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Foy spent "six figures" on outdoor dining equipment, excavation and other necessities to implement outdoor dining at his New York location, which did well over the summer. The New York Times reported Tuesday, however, that "there is not a single documented COVID infection anywhere in the world from casual outdoor interactions, such as walking past someone on a street or eating at a nearby table."

"It's sad. The money we spent," Foy said. "…It would have been nice to have some data on our side to support us."

The Labor Department reported on Friday that employers added just 266,000 jobs last month, well below the consensus 1 million forecast by most economists, suggesting that people are not applying to jobs as quickly as business owners anticipated.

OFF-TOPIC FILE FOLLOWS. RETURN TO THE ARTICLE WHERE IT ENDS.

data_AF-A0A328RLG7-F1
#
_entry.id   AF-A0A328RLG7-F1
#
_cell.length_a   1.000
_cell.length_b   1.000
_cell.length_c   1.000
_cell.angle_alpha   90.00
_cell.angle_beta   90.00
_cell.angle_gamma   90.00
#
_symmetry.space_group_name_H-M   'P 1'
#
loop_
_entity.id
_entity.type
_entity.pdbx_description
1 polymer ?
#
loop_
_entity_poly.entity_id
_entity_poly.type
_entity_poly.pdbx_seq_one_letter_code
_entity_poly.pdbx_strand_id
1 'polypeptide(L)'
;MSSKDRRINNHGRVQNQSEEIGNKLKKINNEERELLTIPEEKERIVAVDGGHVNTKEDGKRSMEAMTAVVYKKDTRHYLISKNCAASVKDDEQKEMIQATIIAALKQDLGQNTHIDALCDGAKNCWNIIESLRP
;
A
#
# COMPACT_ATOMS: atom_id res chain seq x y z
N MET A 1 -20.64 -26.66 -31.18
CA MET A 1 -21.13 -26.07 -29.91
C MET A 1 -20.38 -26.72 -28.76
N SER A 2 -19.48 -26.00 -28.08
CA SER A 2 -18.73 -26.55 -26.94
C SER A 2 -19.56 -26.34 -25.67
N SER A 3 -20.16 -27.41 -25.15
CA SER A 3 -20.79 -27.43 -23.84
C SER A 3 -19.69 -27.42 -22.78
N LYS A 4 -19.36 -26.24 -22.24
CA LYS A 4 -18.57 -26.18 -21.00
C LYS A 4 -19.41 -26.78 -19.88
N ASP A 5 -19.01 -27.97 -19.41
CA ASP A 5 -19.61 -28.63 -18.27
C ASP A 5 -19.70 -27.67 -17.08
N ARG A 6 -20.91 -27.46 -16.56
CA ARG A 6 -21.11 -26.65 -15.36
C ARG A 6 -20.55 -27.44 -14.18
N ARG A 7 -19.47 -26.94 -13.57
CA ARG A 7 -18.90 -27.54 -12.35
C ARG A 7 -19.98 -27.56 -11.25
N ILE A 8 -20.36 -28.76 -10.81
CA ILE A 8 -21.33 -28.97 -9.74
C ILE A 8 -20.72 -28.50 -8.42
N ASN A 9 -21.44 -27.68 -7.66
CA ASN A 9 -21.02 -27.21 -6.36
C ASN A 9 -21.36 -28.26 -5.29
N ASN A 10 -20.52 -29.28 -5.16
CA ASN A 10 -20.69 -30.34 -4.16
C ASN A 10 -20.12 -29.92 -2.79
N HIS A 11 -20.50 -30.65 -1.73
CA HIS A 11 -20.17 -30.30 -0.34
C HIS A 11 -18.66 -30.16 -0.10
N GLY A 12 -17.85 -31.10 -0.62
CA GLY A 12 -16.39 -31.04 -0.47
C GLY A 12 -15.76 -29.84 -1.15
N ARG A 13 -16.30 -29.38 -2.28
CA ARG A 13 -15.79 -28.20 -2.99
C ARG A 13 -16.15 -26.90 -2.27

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Secretary of Commerce Gina Raimondo on Sunday dismissed claims that the unemployment benefit extension impacted the most recent jobs report, citing COVID-19 fears instead, and suggested that governors in different states do what is best for their respective labor markets.

"This is regional, and it's appropriate that governors in different regions would respond to what's going on in their regional labor market. But if you look nationally, wages aren't going up," Raimondo said. "People are still telling us the number one reason they're not going back to work is fear due to the virus. And more people were looking for work last month than the month before."

FOX Business' Megan Henney contributed to this report.